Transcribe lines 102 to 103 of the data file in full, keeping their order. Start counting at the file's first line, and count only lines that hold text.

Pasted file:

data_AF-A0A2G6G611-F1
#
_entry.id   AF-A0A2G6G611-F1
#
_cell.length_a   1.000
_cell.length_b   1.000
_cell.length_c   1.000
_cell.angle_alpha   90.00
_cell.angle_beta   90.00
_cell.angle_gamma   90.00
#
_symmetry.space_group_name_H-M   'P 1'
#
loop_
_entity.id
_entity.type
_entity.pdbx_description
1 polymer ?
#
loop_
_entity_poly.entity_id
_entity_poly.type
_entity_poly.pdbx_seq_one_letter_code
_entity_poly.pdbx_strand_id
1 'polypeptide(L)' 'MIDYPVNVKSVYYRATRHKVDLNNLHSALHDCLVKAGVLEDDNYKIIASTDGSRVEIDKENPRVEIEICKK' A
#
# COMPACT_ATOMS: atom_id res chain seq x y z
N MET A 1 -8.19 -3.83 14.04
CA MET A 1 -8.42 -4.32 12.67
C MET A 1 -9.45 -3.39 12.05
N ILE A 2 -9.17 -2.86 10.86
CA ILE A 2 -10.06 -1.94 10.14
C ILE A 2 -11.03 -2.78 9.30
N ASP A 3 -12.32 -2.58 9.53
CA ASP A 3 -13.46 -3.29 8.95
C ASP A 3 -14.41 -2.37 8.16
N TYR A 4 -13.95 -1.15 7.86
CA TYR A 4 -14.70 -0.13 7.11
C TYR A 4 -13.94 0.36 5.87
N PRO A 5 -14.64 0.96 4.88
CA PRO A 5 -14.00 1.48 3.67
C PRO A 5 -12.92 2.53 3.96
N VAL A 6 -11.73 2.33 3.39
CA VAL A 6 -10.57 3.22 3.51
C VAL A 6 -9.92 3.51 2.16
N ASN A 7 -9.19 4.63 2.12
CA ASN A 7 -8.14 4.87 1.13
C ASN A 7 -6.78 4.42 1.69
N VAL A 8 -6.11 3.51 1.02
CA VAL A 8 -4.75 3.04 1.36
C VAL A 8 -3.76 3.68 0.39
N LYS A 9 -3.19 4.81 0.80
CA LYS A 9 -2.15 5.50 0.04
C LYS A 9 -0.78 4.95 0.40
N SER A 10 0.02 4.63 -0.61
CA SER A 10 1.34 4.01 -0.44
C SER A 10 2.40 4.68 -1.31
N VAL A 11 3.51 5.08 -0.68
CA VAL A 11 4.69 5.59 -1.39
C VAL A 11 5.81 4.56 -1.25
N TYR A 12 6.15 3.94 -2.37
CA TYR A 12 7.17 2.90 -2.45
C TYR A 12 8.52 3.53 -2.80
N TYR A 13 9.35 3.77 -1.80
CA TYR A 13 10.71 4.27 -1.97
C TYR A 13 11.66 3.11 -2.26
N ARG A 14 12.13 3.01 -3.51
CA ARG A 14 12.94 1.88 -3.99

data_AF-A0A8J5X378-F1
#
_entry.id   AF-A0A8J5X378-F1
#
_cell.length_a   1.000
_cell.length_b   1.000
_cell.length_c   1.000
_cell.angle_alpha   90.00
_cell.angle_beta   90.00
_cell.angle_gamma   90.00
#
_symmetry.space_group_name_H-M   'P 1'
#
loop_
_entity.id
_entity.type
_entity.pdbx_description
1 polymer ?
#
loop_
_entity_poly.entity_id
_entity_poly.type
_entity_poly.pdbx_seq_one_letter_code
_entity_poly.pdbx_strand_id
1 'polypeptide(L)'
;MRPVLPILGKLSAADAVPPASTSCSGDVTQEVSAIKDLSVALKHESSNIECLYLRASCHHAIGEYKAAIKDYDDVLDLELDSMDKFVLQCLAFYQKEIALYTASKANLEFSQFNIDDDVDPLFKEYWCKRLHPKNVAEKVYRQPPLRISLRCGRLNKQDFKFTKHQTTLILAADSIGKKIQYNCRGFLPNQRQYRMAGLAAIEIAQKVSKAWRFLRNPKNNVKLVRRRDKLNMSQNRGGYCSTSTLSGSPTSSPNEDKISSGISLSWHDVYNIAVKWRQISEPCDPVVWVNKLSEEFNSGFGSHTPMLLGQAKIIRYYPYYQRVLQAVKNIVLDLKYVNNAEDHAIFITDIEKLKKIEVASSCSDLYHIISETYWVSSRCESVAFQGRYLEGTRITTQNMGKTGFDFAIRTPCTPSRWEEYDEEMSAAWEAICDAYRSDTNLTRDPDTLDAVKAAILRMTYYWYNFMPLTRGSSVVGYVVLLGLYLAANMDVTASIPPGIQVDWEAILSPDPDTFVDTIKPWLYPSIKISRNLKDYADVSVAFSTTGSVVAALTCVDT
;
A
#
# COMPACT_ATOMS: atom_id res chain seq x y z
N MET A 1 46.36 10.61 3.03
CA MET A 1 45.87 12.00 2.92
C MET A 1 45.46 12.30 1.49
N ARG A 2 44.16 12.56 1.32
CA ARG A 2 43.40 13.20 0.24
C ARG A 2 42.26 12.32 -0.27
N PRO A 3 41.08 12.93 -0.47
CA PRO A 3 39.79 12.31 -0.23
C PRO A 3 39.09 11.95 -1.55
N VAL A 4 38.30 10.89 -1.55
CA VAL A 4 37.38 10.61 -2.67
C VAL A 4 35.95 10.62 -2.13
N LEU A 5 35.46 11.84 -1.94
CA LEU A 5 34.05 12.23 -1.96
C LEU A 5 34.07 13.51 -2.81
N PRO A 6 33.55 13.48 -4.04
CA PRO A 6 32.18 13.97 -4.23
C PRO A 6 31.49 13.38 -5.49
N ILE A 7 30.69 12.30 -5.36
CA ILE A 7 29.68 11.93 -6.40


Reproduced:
N ARG A 2 44.16 12.56 1.32
CA ARG A 2 43.40 13.20 0.24